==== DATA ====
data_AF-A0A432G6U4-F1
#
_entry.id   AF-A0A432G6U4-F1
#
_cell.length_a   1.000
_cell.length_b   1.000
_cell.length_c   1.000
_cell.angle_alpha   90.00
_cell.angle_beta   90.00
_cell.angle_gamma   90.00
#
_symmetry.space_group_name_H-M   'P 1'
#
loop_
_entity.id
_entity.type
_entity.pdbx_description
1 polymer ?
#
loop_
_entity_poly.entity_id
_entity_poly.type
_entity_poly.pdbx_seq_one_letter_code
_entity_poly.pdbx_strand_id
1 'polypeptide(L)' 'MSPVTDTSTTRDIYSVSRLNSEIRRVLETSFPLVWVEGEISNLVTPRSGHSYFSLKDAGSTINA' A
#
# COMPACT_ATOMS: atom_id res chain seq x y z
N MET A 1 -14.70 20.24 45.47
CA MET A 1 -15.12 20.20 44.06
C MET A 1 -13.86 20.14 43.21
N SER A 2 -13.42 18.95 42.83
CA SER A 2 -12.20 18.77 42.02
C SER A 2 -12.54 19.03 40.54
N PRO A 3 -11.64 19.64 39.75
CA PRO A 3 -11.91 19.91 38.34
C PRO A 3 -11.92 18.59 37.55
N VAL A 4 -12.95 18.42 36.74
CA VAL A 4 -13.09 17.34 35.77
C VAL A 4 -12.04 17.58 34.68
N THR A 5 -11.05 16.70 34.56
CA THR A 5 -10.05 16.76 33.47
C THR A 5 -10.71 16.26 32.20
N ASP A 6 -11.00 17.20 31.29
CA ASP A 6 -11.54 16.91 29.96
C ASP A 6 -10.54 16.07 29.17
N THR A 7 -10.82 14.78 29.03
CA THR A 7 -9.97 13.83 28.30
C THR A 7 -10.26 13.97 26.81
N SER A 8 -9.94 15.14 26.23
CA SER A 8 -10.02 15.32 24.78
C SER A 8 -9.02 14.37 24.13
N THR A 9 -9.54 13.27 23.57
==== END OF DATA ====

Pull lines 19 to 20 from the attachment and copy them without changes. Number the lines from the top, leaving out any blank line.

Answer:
#
loop_